Rall became an instructor, and studied several American planes that had fallen into the possession of the Luftwaffe to find their strengths and weaknesses to find better strategies to teach his students. He flew the P-51 and was amazed at the luxury and quality of the American planes. He found they were spacious, heated, had armoured plate protection, and used materials and equipment that had been long unavailable to Germany. He explained that being unable to fly in combat probably saved his life at a time when Germany was totally outnumbered and the chances of staying alive were drastically dropping. However, he returned to active duty in November.[12]

His last posting was with Jagdgeschwader 300 (JG 300), operating from a variety of airfields in southern Germany during the last months of the war. Lack of supplies prevented most planes from going on missions, and the fast progress of the Allies forced his squadron to move several times and it is unlikely that he saw much combat action during this period.[citation needed] Towards the very last days of the war he asked the men in his command to try to stay alive rather than carry out senseless actions. He felt it was his responsibility as a leader to try to save the few lives that he could as the war was virtually over and its outcome could not be reversed. He was taken prisoner by American forces after the fighting in Germany ended.[citation needed]

Rall said of the campaign of 1943–1945:

In my experience, the Royal Air Force pilot was the most aggressive and capable fighter pilot during the Second World War. This is nothing against the Americans, because they came in late and in such large numbers that we don't have an accurate comparison. We were totally outnumbered when the Americans engaged, whereas at the time of the Battle of Britain the fight was more even and you could compare. The British were extremely good.[10]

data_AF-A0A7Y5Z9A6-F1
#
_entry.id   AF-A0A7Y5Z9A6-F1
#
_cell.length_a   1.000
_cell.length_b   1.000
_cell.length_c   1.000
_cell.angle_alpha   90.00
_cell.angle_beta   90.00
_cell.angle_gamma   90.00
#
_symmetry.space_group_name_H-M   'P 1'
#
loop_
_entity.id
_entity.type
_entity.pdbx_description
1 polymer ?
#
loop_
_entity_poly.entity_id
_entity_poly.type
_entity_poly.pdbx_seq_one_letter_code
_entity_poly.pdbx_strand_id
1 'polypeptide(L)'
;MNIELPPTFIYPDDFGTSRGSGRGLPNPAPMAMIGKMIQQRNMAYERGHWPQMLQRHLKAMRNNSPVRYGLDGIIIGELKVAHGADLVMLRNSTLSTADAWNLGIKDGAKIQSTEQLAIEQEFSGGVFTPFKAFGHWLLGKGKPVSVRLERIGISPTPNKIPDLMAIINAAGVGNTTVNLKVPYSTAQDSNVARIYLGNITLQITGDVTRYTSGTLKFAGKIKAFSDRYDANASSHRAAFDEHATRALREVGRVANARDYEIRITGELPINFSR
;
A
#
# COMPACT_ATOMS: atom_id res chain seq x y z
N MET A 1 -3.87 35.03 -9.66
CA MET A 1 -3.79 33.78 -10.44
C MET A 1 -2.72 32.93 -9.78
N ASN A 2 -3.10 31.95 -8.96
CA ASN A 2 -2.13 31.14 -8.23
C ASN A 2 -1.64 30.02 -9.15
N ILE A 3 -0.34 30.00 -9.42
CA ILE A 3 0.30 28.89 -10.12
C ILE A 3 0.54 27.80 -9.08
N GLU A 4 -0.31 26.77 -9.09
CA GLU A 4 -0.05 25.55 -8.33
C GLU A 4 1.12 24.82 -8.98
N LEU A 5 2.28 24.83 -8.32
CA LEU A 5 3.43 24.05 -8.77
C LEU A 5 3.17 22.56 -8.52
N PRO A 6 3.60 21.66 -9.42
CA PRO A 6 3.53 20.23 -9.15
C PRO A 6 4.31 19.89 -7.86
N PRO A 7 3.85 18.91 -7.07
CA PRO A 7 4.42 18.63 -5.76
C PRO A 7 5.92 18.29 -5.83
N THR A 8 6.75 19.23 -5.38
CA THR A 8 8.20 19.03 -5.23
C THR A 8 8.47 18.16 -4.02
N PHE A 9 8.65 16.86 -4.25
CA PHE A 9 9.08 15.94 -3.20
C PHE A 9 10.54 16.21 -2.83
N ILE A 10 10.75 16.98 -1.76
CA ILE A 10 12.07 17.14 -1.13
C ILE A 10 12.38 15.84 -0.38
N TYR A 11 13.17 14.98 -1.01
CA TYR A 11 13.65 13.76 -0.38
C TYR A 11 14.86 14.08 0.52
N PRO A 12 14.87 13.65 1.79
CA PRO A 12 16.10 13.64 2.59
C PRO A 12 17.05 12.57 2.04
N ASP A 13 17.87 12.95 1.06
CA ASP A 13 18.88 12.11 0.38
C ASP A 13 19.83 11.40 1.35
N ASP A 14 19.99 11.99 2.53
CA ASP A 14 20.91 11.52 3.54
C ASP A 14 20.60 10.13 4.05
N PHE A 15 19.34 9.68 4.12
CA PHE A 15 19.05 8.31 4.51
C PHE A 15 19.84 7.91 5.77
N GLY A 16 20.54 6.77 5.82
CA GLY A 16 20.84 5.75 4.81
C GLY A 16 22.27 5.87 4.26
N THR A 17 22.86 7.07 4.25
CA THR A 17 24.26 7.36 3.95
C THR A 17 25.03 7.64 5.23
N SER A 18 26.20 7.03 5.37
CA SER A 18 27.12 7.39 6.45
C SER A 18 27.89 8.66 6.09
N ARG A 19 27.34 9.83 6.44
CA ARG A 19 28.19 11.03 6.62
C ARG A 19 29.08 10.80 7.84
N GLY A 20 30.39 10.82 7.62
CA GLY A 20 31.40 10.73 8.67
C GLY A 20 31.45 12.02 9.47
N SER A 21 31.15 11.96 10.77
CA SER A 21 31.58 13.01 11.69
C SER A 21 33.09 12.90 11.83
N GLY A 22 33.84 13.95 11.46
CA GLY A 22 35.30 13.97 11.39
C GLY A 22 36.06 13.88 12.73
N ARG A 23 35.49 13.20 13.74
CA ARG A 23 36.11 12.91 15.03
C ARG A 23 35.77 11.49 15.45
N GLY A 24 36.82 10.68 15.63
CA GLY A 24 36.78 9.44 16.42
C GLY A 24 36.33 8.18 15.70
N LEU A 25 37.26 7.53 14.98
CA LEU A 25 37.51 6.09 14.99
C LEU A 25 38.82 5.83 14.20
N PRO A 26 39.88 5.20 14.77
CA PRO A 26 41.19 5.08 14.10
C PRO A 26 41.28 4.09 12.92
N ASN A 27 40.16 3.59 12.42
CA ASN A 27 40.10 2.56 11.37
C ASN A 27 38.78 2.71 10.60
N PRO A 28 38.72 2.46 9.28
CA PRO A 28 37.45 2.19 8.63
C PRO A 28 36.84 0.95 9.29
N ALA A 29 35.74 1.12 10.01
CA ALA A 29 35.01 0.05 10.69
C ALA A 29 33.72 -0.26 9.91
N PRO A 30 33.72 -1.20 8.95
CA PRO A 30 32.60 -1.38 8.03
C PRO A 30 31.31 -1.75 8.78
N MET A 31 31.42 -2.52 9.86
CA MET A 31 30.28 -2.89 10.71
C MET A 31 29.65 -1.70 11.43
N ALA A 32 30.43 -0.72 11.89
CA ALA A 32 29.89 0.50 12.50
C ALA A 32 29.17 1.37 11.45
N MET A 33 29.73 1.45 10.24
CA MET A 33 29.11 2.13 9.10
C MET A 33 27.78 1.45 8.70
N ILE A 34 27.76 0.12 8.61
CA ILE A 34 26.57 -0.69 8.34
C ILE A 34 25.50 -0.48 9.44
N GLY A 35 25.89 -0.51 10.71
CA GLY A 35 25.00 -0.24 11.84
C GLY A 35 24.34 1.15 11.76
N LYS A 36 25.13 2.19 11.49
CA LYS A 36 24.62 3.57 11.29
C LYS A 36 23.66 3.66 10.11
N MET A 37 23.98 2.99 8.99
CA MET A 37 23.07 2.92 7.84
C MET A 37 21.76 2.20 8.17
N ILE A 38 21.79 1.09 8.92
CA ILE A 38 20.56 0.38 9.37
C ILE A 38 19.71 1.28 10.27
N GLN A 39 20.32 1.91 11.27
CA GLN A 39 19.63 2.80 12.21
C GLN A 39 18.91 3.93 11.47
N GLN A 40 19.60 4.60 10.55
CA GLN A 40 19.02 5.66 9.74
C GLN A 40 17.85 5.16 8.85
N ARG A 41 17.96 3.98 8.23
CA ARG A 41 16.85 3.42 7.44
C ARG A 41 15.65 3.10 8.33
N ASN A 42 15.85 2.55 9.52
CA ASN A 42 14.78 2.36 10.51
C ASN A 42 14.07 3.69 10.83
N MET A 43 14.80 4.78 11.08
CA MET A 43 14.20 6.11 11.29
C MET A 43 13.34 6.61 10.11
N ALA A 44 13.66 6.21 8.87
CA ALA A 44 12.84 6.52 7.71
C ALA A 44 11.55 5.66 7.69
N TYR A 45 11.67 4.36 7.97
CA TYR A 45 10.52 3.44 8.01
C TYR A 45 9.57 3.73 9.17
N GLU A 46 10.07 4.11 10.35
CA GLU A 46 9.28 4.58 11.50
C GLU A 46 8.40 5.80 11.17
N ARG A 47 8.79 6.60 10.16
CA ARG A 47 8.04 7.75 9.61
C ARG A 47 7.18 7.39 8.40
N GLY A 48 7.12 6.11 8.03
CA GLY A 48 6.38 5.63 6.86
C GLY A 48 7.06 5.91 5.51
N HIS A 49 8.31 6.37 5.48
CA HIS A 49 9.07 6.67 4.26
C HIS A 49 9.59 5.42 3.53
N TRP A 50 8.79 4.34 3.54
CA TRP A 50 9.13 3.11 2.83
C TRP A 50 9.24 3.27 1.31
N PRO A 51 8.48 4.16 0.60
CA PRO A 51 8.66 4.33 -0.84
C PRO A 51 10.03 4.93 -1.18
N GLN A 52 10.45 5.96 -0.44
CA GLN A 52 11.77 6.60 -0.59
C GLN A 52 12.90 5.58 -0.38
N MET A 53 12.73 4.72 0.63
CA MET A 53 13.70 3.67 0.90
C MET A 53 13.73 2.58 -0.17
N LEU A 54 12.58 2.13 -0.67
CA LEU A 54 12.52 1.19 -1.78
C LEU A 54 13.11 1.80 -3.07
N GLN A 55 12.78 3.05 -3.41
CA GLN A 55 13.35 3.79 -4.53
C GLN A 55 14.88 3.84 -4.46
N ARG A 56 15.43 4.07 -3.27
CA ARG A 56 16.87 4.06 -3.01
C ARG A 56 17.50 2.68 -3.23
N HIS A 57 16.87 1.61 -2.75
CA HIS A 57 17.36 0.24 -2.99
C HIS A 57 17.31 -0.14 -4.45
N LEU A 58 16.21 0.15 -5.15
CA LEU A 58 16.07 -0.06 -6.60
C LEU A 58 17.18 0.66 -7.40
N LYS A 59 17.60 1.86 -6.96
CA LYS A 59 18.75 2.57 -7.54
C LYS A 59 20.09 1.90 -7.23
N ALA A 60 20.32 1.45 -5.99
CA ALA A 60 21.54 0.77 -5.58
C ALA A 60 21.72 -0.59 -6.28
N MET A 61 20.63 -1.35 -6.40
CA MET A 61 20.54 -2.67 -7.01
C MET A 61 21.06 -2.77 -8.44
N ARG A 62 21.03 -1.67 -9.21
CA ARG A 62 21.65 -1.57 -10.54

After the war

Rall's official portrait as Inspekteur der Luftwaffe

Whilst in a prisoner of war camp near Heidelberg, Rall was approached by the Americans who were gathering Luftwaffe pilots who had experience with the Messerschmitt Me 262 fighter. Rall was transferred to Bovingdon near Hemel Hempstead. Rall was then based at RAF Tangmere, where he met the RAF ace Robert Stanford Tuck, with whom he reportedly became close friends.[13]

Returning to post-war Germany, he was unable to find work. Rall started a small wood cutting business in the forest. He eventually joined Siemens as a representative, leaving in 1953.[citation needed] Rall rejoined the military in 1956, after meeting a wartime friend and Luftwaffe pilot who insisted on him flying again. He rejoined and continued his career in the new Luftwaffe der Bundeswehr after the re-militarization of West Germany in 1955. One of his tasks was to oversee the engineering development made to the F-104 fighter to comply with the requirement of the Bundeswehr before their acquisition, and this led to the F-104G version. He insisted on the replacement of the ejection seat for safety concerns.[14]